Is Luhansk about to be annexed by Russia?

[quote float=”right”]the city is full of Russian soldiers[/quote]

In a series of Tweets today, German MP and member of the Parliamentary Assembly of the Council of Europe (PACE) Marieluise Beck described the Russian occupation in Luhansk as she saw it – and the ominous signs of its potential annexation.

Occupation & infrastructure

In the messages, Beck says that the city is “full of Russian soldiers,” and that an engineering brigade has already begun the reconstruction of infrastructure, including electrical lines, to Russia.

Columns of Russian armor and thousands of troops have been seen in the region in recent days.

Russian President Vladimir Putin has already called for discussions on the region’s “statehood” and Russian-installed officials have announced bilateral negotiations with Moscow  “at the highest level” over the supply of Russian gas to occupied territory via a Luhansk pipeline. Such negotiations bypassing Kyiv would confer de facto recognition of southern Luhansk as being independent from Ukraine.

“In Moscow we have discussed the issues concerning the heating season and gas. We have a separate pipeline and we were guaranteed to receive gas supplies. The pipeline comes into the Lugansk region and covers the Donetsk region. We are the only two regions that in general do not rely on Ukraine,” Leonid Baranov, the Donetsk Republic’s so-called “Minister of State Security” told Russian media.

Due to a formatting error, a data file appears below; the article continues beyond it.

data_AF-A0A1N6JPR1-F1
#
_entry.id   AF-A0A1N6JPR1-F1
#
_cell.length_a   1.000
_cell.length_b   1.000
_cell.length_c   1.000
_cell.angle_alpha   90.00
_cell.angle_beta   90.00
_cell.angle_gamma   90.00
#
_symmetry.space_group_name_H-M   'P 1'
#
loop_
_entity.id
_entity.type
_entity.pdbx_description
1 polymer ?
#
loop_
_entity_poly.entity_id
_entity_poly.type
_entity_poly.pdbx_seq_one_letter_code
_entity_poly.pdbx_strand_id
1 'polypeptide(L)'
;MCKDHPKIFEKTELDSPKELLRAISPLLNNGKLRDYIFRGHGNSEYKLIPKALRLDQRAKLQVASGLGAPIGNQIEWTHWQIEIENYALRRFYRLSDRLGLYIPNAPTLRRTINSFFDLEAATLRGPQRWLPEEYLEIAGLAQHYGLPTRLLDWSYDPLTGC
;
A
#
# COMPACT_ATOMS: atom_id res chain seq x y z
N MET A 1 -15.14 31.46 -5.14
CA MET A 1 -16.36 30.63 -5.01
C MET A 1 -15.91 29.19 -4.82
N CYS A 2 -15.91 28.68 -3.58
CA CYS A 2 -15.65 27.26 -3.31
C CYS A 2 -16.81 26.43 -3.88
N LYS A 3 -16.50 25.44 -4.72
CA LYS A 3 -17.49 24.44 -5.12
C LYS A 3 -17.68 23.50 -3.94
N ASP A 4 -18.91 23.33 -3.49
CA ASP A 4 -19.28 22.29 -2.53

Russian passports

Mirroring Crimea, Beck also confirms that Russian passports are already being handed out in the city, and that Russian soldiers are distributing to locals cash sums of Russian currency.

After the Russian-Georgian ceasefire, Russian-backed police in South Ossetia forced ethnic Georgians to accept Russian passports or leave, amounting to ethnic cleansing.

“Russian authorities have launched the full-scale issuing of Russian passports in Donetsk and Luhansk. It is being done to give Russia an excuse to bring in the Russian Army under the pretext of protecting Russian citizens,” said Yuriy Serhiyev, Ambassador of Ukraine to the United Nations yesterday.

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Ominous similarities

Since signing a ceasefire agreement with Georgia two weeks ago, the Russian military and its local allies have carved a substantial buffer zone around the tiny enclave. To consolidate its latest conquests, Moscow has shipped in what Georgian officials describe as “industrial batches” of passports.